Original Release Date: October 16, 2007
Publisher: Three Rivers Press
Like many zombie fans, I read Max Brooks’ “The Zombie Survival Guide,” enjoyed it, and appreciated what it did for the zombie genre: it played a key role in drawing a whole new generation of fans into obsessing (it’s okay, you can admit it) over our favorite shambling monsters.
Also like many zombie fans, I was skeptical about Brooks’ second novel release, “World War Z,” for a number of reasons:
1. It’s such a radical departure from both the tone and scope of “The Zombie Survival Guide.” How could this man who had written a highly comedic, tongue-in-cheek pseudo-handbook dealing with how to defend yourself from an undead attack so abruptly switch gears and write a very serious faux-retrospective journalistic piece dealing with the very weighty issues and serious effects of the aftermath of a worldwide zombie outbreak? And more importantly, how could he possibly be successful with it?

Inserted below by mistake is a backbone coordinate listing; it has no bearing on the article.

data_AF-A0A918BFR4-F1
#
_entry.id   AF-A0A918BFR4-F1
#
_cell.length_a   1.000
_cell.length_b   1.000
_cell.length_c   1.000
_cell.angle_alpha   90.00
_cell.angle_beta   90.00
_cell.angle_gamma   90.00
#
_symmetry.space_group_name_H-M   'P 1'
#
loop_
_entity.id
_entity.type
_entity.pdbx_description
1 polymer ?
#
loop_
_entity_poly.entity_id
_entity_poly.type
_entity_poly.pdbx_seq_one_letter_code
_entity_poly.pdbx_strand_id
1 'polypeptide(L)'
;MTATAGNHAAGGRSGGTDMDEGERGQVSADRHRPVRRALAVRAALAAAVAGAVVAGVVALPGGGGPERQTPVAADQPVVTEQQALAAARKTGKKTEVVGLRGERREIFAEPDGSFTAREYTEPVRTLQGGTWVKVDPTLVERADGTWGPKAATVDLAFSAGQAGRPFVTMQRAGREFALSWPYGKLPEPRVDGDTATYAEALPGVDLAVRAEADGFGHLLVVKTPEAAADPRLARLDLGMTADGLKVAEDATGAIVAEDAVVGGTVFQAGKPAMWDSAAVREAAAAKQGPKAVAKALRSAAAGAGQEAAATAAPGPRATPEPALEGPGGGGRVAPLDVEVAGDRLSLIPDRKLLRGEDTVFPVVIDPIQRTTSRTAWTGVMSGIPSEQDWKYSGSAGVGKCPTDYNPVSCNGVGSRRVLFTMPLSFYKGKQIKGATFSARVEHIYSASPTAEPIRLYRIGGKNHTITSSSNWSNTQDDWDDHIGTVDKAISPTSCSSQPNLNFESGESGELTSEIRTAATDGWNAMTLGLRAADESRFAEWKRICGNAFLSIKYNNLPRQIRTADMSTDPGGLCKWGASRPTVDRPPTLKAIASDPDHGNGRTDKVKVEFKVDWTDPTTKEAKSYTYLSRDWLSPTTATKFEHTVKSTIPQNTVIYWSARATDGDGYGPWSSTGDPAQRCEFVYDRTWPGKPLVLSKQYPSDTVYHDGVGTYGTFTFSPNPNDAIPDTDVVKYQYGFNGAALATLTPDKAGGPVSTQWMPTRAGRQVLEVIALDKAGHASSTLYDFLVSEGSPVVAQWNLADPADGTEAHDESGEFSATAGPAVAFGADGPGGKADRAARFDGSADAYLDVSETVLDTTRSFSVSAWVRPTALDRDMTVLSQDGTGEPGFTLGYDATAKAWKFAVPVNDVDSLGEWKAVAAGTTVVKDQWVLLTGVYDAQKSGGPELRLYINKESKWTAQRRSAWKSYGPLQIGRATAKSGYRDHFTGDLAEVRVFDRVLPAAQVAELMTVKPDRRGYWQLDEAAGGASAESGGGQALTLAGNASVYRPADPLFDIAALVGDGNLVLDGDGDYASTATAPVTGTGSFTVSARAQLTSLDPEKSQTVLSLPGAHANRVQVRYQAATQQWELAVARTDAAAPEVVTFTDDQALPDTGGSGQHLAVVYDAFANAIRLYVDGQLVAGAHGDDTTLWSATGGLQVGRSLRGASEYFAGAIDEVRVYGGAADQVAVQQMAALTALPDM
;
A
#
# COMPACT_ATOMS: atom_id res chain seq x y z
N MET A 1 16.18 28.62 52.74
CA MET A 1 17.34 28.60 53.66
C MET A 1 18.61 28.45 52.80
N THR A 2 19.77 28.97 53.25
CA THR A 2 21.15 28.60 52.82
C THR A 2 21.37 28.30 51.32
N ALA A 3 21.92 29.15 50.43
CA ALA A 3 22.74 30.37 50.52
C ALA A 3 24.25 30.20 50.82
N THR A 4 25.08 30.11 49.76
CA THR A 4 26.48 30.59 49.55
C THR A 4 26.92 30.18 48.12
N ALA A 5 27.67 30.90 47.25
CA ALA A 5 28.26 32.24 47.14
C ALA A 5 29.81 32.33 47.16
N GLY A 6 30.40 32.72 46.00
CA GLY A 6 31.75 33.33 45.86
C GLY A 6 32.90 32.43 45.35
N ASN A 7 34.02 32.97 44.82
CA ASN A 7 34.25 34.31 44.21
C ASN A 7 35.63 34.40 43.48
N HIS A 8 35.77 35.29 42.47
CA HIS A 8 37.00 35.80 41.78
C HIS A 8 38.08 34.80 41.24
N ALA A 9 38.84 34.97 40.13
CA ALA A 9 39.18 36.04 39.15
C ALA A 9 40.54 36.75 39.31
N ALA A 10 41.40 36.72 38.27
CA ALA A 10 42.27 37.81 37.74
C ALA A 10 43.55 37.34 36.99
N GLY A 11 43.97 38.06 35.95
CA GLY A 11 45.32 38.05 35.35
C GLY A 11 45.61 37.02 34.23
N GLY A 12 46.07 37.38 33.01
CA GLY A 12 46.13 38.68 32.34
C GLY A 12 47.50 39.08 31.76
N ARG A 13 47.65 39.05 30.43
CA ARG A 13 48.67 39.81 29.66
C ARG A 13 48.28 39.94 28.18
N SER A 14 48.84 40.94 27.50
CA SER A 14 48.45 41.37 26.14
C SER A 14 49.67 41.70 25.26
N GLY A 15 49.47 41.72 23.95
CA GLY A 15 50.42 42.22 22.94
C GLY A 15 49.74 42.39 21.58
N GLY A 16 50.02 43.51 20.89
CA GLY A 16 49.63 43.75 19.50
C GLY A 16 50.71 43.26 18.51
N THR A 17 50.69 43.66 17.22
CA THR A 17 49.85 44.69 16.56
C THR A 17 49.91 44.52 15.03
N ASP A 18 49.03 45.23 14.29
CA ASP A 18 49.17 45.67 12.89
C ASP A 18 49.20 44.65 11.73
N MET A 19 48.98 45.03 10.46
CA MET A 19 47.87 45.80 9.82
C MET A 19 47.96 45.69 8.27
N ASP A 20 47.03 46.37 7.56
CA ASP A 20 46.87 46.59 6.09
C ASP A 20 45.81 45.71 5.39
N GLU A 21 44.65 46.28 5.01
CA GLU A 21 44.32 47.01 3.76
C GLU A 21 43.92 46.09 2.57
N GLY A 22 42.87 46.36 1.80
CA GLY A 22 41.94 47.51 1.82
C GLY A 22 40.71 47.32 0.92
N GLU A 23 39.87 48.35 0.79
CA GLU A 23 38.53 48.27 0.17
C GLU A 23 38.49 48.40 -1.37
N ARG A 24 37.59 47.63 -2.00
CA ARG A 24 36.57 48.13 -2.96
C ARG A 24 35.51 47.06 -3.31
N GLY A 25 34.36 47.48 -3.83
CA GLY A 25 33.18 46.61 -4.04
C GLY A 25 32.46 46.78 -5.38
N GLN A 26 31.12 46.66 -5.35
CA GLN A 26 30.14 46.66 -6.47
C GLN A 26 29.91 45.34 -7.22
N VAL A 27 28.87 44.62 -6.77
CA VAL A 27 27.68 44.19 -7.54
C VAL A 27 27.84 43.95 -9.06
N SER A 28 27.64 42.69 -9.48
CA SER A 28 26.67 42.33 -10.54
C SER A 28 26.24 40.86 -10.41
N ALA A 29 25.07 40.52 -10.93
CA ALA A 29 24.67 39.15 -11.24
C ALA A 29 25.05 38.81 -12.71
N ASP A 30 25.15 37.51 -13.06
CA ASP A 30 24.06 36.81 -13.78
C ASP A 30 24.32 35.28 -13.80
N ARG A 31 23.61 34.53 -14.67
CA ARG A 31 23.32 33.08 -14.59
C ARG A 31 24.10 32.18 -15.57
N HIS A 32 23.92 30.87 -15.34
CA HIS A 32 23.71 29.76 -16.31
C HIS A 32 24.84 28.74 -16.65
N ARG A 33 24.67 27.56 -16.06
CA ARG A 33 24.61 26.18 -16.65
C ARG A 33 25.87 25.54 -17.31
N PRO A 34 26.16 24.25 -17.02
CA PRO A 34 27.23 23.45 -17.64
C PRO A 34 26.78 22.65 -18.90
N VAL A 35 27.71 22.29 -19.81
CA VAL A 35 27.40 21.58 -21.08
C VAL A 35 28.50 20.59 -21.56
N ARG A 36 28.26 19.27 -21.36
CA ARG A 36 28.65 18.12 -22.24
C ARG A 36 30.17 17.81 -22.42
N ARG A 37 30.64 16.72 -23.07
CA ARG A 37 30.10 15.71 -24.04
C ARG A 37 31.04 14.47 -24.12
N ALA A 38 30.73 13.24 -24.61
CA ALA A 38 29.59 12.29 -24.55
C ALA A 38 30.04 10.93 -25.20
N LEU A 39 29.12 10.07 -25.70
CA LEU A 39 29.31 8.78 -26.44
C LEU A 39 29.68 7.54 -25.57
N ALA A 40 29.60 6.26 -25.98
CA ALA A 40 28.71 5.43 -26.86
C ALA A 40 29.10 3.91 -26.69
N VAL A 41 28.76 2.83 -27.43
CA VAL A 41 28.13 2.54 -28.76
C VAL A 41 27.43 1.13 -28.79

2. His first book took so many people by surprise and was so wildly successful…even if “WWZ” was well-written, how could Brooks possibly hope that lightning could strike twice for him and he could have this second book become as successful as the first?
3. What – or more importantly, how – could Brooks possibly write in this book that would make it unique and set itself apart from the myriad of other “zombies invade, people get eaten” books that were starting to saturate the market at the time of “WWZ’s” release?